You have to go a long way down the lists to find this one: Shivnarine Chanderpaul's optimistic leg-rollers claimed nine wickets during his 164-Test career with West Indies. His best return was 1 for 2, against Australia in Adelaide in 1996-97, his victim being Steve Waugh. There were nearly nine years between Chanderpaul's eighth wicket (Javagal Srinath in Kolkata in October 2002) and his ninth and last (VVS Laxman in Dominica in July 2011). On a related subject, the Australian statistician Charles Davis recently revealed on the Ask Steven Facebook page that Mohammad Ashraful of Bangladesh holds the record for the most Test wickets - 21 - without ever dismissing the same batsman twice.
I was sorry to hear of the death of the former England batsman Peter Richardson. I dimly recall that he held some sort of peculiar Test record, but can't remember what it is! Can you enlighten me? asked Albert McKenzie from England
The former Worcestershire and Kent batsman Peter Richardson, who died last week, played 34 Tests for England. I suspect the oddity you're thinking about is that he was caught by the wicketkeeper in every innings of his first Test series. I dimly recalled writing about this before, and Mr Google obligingly disgorged this from 2012: "This fate befell the Worcestershire left-hand opener Peter Richardson in his maiden Test series, at home against Australia in 1956. At Trent Bridge and Lord's he was caught behind in all four innings by Gil Langley; then when Langley was injured, Richardson was caught by his replacement, Len Maddocks, in England's only innings at Headingley (a rain-affected draw) and Old Trafford (when Jim Laker took 19 wickets; Richardson also scored his maiden century, and England won by an innings). Langley was back for the final Test at The Oval, and Richardson gave him a catch in each innings to make it eight out of eight. The bowling honours were spread around: Ron Archer and Keith Miller dismissed him three times each, and Richie Benaud and Ray Lindwall once. The former England captain Arthur Gilligan, in his account of the series, seems to have summed Richardson up well: 'An attractive batsman, rather prone to nibble.'"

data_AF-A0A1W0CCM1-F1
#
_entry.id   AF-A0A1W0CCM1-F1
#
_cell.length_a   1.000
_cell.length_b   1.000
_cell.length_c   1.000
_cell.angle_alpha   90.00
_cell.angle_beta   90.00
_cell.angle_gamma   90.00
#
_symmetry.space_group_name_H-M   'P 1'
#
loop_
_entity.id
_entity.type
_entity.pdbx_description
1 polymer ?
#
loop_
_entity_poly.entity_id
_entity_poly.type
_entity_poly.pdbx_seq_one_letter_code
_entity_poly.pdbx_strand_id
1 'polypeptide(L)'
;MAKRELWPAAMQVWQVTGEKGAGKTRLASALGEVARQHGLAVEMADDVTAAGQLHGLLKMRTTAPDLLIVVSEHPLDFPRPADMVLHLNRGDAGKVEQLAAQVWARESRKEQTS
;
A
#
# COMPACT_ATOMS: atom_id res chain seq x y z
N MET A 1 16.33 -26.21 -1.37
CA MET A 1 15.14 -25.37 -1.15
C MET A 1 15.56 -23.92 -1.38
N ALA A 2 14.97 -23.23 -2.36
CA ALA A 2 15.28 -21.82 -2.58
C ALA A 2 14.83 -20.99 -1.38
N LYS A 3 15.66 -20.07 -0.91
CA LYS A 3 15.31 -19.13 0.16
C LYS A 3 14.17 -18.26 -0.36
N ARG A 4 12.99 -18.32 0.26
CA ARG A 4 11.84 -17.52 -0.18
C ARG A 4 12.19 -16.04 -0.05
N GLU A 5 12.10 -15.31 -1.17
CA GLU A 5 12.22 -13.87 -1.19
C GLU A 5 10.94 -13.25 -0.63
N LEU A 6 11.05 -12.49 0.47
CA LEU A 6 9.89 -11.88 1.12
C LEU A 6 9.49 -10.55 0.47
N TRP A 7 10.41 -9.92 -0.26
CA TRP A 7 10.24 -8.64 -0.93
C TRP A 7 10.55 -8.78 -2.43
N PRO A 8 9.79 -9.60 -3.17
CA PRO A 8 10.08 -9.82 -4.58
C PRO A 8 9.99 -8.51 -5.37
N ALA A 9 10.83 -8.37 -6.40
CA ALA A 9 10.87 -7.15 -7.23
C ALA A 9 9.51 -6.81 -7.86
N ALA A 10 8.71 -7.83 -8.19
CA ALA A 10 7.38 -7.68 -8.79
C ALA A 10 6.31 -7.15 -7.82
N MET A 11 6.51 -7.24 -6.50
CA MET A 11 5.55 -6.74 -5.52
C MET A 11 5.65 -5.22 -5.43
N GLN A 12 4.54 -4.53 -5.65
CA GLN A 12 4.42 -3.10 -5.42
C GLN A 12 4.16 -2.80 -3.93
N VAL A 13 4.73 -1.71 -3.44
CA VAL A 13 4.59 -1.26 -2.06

Which Australian player had a tattoo of his player number, and then found out the number was wrong? asked Jason Bartlett from Singapore
The player involved in this rather embarrassing mix-up was the Australian opener Michael Slater, who later turned to commentating. He made his debut in the first Ashes Test of 1993, at Old Trafford. After being told there had been 355 previous Australian Test cricketers, Slater had himself tattooed with the number 356; he also bought a personalised car number plate with 356 on it. The problem was that Brendon Julian also made his debut in that match, and the convention then is that the numbers are doled out in alphabetical order - so really Julian was No. 356, and Slater 357. The need for expensive cosmetic surgery (for player and car) was avoided when Julian and the Australian board agreed the numbers could be swapped. "Given these fairly exceptional circumstances," said their chief executive James Sutherland, "we are happy to allow Michael to retain the number 356."
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Steven Lynch is the editor of the updated edition of Wisden on the Ashes